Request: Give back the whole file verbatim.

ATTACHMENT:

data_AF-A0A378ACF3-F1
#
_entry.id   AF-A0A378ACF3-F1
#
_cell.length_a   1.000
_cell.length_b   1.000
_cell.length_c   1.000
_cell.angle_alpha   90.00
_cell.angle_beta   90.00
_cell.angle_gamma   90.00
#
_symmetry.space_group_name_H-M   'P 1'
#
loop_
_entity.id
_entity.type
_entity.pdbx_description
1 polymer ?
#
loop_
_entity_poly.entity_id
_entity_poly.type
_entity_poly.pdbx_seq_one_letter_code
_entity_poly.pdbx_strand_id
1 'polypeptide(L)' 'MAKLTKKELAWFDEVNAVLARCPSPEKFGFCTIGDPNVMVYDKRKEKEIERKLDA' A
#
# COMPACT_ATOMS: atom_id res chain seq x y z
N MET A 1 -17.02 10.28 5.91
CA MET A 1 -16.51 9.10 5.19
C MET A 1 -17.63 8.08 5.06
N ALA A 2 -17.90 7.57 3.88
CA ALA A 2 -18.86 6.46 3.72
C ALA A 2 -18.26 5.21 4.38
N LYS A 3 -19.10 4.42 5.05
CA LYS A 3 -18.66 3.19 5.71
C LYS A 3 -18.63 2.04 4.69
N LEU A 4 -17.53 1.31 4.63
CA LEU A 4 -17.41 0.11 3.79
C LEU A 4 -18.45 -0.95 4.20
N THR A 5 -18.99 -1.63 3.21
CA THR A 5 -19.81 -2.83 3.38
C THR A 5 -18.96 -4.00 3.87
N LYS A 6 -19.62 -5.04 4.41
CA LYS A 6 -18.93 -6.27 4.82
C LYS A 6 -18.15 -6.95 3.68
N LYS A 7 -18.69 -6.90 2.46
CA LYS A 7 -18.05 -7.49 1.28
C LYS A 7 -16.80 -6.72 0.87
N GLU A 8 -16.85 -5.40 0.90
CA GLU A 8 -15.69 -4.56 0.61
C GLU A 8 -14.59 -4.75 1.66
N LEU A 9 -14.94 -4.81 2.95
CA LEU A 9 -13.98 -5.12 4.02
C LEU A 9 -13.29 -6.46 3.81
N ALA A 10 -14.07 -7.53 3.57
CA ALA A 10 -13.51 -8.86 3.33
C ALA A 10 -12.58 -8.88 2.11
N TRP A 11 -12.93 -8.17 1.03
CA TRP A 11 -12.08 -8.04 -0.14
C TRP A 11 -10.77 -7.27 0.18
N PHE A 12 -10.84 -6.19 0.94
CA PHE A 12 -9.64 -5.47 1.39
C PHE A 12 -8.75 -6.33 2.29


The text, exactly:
data_AF-A0A378ACF3-F1
#
_entry.id   AF-A0A378ACF3-F1
#
_cell.length_a   1.000
_cell.length_b   1.000
_cell.length_c   1.000
_cell.angle_alpha   90.00
_cell.angle_beta   90.00
_cell.angle_gamma   90.00
#
_symmetry.space_group_name_H-M   'P 1'
#
loop_
_entity.id
_entity.type
_entity.pdbx_description
1 polymer ?
#
loop_
_entity_poly.entity_id
_entity_poly.type
_entity_poly.pdbx_seq_one_letter_code
_entity_poly.pdbx_strand_id
1 'polypeptide(L)' 'MAKLTKKELAWFDEVNAVLARCPSPEKFGFCTIGDPNVMVYDKRKEKEIERKLDA' A
#
# COMPACT_ATOMS: atom_id res chain seq x y z
N MET A 1 -17.02 10.28 5.91
CA MET A 1 -16.51 9.10 5.19
C MET A 1 -17.63 8.08 5.06
N ALA A 2 -17.90 7.57 3.88
CA ALA A 2 -18.86 6.46 3.72
C ALA A 2 -18.26 5.21 4.38
N LYS A 3 -19.10 4.42 5.05
CA LYS A 3 -18.66 3.19 5.71
C LYS A 3 -18.63 2.04 4.69
N LEU A 4 -17.53 1.31 4.63
CA LEU A 4 -17.41 0.11 3.79
C LEU A 4 -18.45 -0.95 4.20
N THR A 5 -18.99 -1.63 3.21
CA THR A 5 -19.81 -2.83 3.38
C THR A 5 -18.96 -4.00 3.87
N LYS A 6 -19.62 -5.04 4.41
CA LYS A 6 -18.93 -6.27 4.82
C LYS A 6 -18.15 -6.95 3.68
N LYS A 7 -18.69 -6.90 2.46
CA LYS A 7 -18.05 -7.49 1.28
C LYS A 7 -16.80 -6.72 0.87
N GLU A 8 -16.85 -5.40 0.90
CA GLU A 8 -15.69 -4.56 0.61
C GLU A 8 -14.59 -4.75 1.66
N LEU A 9 -14.94 -4.81 2.95
CA LEU A 9 -13.98 -5.12 4.02
C LEU A 9 -13.29 -6.46 3.81
N ALA A 10 -14.07 -7.53 3.57
CA ALA A 10 -13.51 -8.86 3.33
C ALA A 10 -12.58 -8.88 2.11
N TRP A 11 -12.93 -8.17 1.03
CA TRP A 11 -12.08 -8.04 -0.14
C TRP A 11 -10.77 -7.27 0.18
N PHE A 12 -10.84 -6.19 0.94
CA PHE A 12 -9.64 -5.47 1.39
C PHE A 12 -8.75 -6.33 2.29